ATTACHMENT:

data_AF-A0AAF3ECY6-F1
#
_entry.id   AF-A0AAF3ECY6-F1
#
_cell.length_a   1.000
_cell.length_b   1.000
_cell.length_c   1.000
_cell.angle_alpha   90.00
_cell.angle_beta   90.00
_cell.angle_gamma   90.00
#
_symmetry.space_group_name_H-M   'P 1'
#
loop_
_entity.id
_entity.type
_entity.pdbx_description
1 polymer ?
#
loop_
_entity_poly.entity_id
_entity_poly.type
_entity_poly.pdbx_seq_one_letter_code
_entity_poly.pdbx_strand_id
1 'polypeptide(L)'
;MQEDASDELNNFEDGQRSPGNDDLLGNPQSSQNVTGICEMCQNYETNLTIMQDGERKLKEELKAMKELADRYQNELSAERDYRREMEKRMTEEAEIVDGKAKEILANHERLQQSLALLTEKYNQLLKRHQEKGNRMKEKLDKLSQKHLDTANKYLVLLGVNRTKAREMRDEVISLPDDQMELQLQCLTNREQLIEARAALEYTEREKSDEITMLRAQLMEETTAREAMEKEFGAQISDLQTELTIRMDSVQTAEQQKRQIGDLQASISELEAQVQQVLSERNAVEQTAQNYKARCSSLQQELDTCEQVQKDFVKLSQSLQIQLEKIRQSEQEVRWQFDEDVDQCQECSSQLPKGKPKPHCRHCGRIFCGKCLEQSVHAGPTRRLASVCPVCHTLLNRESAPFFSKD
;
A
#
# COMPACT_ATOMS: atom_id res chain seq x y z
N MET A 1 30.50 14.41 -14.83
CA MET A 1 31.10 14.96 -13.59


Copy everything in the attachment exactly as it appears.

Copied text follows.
data_AF-A0AAF3ECY6-F1
#
_entry.id   AF-A0AAF3ECY6-F1
#
_cell.length_a   1.000
_cell.length_b   1.000
_cell.length_c   1.000
_cell.angle_alpha   90.00
_cell.angle_beta   90.00
_cell.angle_gamma   90.00
#
_symmetry.space_group_name_H-M   'P 1'
#
loop_
_entity.id
_entity.type
_entity.pdbx_description
1 polymer ?
#
loop_
_entity_poly.entity_id
_entity_poly.type
_entity_poly.pdbx_seq_one_letter_code
_entity_poly.pdbx_strand_id
1 'polypeptide(L)'
;MQEDASDELNNFEDGQRSPGNDDLLGNPQSSQNVTGICEMCQNYETNLTIMQDGERKLKEELKAMKELADRYQNELSAERDYRREMEKRMTEEAEIVDGKAKEILANHERLQQSLALLTEKYNQLLKRHQEKGNRMKEKLDKLSQKHLDTANKYLVLLGVNRTKAREMRDEVISLPDDQMELQLQCLTNREQLIEARAALEYTEREKSDEITMLRAQLMEETTAREAMEKEFGAQISDLQTELTIRMDSVQTAEQQKRQIGDLQASISELEAQVQQVLSERNAVEQTAQNYKARCSSLQQELDTCEQVQKDFVKLSQSLQIQLEKIRQSEQEVRWQFDEDVDQCQECSSQLPKGKPKPHCRHCGRIFCGKCLEQSVHAGPTRRLASVCPVCHTLLNRESAPFFSKD
;
A
#
# COMPACT_ATOMS: atom_id res chain seq x y z
N MET A 1 30.50 14.41 -14.83
CA MET A 1 31.10 14.96 -13.59